Back in the validator, do the same thing as below: $this->context->buildViolation(), then the message - $constraint->anonymousMessage - and ->addViolation(). Finally, return so the function doesn't keep running: set the validation error and exit.

... lines 1 - 9
class IsValidOwnerValidator extends ConstraintValidator
{
... lines 12 - 18
public function validate($value, Constraint $constraint)
{
... lines 21 - 27
if (!$user instanceof User) {
$this->context->buildViolation($constraint->anonymousMessage)
->addViolation();
return;
}
... lines 34 - 43
}
}

Checking the Owner

At this point, we know the user is authenticated. We also know that the $value variable should be a User object... because we're expecting that the IsValidOwner annotation will be set on a property that contains a User. But... because I love making mistakes... I might someday accidentally put this onto some other property that does not contain a User object. If that happens, no problem! Let's send future me a clear message that I'm doing something... well, kinda silly: if !$value instanceof User, throw new \InvalidArgumentException() with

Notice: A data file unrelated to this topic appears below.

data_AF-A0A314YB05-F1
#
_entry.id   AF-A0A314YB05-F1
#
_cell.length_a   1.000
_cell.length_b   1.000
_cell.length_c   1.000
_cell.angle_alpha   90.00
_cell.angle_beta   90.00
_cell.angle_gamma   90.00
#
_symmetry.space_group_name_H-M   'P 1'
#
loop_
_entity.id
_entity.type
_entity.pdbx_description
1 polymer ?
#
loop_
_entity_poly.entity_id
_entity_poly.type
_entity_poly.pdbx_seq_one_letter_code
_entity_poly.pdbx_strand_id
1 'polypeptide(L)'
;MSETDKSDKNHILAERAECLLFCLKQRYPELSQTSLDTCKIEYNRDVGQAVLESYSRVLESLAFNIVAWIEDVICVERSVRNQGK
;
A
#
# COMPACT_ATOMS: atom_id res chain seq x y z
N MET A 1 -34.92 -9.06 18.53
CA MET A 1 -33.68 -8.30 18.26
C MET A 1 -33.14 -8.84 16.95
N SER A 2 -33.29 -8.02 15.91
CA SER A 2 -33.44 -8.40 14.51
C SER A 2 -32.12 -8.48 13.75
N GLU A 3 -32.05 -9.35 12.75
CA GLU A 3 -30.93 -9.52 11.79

@IsValidOwner constraint must be put on a property containing a User object

... lines 1 - 18
public function validate($value, Constraint $constraint)
{
... lines 21 - 34
if (!$value instanceof User) {
throw new \InvalidArgumentException('@IsValidOwner constraint must be put on a property containing a User object');
}
... lines 38 - 43
}
... lines 45 - 46

I'm not using a violation here because this isn't a user-input problem - it's a programmer bug.

Finally, we know that both $user and $value are User objects. All we need to do now is compare them. So if $value->getId() !== $user->getId(), we have a problem. And yes, you could also compare the objects themselves instead of the id's.

Move the violation code into the if statement and... we're done!

... lines 1 - 18